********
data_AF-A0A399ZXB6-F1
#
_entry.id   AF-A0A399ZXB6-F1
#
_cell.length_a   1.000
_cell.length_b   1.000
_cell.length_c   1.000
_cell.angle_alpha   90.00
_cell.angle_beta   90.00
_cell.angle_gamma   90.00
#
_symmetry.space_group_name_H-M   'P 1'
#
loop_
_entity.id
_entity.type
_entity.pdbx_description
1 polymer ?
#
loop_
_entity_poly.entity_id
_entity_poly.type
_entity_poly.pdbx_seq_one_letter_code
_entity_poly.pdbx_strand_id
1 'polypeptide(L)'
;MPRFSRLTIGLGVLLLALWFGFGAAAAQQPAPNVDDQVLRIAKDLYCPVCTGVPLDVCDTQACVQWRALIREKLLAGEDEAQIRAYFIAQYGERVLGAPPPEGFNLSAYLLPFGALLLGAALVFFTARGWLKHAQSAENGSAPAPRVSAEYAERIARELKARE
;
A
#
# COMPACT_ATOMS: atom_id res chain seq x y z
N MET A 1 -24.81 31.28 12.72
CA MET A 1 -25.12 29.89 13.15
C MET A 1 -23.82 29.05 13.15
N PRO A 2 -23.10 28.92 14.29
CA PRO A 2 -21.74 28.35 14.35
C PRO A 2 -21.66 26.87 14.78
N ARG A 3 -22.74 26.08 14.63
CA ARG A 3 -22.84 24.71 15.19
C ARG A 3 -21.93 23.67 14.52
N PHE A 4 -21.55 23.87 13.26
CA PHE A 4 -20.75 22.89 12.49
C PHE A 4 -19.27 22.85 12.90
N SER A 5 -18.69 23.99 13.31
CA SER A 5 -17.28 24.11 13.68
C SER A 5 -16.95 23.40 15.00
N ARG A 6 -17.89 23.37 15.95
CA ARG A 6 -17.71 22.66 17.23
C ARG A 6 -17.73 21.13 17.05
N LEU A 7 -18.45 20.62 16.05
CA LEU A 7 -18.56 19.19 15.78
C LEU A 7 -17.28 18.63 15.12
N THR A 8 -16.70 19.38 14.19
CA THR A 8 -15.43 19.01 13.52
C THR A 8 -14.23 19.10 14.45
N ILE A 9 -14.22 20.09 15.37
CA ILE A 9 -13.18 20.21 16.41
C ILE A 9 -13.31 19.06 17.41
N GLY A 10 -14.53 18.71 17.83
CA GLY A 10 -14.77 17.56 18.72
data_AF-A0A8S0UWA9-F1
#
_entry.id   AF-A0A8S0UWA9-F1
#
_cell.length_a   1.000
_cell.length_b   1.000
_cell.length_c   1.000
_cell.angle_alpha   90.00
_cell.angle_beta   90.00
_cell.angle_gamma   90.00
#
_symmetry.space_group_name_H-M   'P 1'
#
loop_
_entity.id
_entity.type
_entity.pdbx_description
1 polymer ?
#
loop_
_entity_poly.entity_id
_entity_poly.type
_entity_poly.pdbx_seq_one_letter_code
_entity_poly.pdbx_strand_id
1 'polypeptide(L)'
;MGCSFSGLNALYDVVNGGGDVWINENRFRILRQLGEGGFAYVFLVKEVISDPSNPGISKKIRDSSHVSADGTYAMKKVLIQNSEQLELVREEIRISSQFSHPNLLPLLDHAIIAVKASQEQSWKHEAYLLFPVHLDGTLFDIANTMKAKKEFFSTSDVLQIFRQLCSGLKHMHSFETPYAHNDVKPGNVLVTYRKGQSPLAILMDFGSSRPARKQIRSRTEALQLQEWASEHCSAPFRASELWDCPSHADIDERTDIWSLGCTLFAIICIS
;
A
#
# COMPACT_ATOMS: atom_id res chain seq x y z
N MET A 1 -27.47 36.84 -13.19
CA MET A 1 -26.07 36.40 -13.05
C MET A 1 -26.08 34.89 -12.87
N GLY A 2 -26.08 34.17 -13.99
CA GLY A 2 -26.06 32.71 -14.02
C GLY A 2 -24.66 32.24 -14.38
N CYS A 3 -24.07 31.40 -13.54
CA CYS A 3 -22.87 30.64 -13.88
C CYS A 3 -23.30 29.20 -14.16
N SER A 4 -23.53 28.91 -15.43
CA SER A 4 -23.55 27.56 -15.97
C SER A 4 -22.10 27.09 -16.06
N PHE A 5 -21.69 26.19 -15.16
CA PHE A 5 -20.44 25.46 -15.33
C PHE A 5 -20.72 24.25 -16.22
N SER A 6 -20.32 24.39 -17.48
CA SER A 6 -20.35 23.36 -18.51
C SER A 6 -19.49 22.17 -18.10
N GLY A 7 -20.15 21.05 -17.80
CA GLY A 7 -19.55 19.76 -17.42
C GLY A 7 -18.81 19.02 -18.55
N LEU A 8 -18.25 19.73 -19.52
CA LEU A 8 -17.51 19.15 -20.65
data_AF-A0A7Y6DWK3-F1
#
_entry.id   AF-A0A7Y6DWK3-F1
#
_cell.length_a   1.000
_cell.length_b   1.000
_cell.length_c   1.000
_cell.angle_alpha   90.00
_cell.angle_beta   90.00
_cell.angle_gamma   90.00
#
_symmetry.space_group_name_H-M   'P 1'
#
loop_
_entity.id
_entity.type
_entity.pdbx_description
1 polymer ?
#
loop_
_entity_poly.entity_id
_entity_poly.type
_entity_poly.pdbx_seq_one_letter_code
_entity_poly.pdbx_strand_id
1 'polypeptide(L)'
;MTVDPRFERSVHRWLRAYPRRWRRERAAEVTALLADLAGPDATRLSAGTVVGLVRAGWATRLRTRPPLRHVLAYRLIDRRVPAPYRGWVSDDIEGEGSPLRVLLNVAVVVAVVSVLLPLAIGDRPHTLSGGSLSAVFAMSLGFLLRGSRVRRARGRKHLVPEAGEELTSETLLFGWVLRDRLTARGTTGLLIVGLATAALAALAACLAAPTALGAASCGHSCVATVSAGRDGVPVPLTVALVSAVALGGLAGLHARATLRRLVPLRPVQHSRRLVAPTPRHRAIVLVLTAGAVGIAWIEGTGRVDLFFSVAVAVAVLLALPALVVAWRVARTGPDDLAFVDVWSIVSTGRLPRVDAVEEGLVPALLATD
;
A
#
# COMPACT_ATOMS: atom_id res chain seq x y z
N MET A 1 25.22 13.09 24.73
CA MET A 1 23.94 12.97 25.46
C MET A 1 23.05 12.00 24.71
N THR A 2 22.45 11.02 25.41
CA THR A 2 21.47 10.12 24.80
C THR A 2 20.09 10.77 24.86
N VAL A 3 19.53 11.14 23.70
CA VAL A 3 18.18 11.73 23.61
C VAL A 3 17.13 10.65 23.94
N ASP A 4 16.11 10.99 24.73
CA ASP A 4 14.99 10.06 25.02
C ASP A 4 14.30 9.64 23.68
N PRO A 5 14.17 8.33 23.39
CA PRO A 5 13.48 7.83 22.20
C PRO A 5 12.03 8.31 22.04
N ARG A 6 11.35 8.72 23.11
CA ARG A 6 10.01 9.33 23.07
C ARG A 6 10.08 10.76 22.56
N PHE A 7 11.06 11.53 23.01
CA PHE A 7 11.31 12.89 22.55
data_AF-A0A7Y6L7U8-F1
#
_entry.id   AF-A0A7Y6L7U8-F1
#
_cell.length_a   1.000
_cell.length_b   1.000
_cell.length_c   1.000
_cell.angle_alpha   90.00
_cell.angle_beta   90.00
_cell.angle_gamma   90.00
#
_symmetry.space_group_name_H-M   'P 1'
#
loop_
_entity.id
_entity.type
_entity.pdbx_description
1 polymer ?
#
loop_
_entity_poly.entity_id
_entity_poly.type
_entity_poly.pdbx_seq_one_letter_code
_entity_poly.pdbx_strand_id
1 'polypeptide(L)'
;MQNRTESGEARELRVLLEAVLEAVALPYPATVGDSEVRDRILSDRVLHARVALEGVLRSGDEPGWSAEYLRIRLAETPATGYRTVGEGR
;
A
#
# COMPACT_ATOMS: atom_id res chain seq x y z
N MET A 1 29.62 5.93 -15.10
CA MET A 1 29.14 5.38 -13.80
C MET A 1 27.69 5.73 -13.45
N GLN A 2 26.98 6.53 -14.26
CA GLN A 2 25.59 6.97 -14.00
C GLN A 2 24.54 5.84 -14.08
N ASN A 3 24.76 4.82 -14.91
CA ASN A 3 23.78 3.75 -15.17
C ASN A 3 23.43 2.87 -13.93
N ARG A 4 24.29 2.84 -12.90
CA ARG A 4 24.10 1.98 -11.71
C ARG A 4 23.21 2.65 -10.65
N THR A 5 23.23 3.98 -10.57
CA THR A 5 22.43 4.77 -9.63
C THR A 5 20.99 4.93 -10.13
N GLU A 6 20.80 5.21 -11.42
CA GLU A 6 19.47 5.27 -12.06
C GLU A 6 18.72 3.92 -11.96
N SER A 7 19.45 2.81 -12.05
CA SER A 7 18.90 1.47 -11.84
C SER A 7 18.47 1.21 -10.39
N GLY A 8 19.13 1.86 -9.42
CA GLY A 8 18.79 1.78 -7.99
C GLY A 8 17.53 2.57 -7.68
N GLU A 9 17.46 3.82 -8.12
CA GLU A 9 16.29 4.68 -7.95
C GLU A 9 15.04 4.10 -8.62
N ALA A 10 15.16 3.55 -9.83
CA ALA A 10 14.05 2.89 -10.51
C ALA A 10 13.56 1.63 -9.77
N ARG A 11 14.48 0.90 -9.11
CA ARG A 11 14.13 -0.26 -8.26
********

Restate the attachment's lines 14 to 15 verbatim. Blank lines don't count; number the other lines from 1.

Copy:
loop_
_entity.id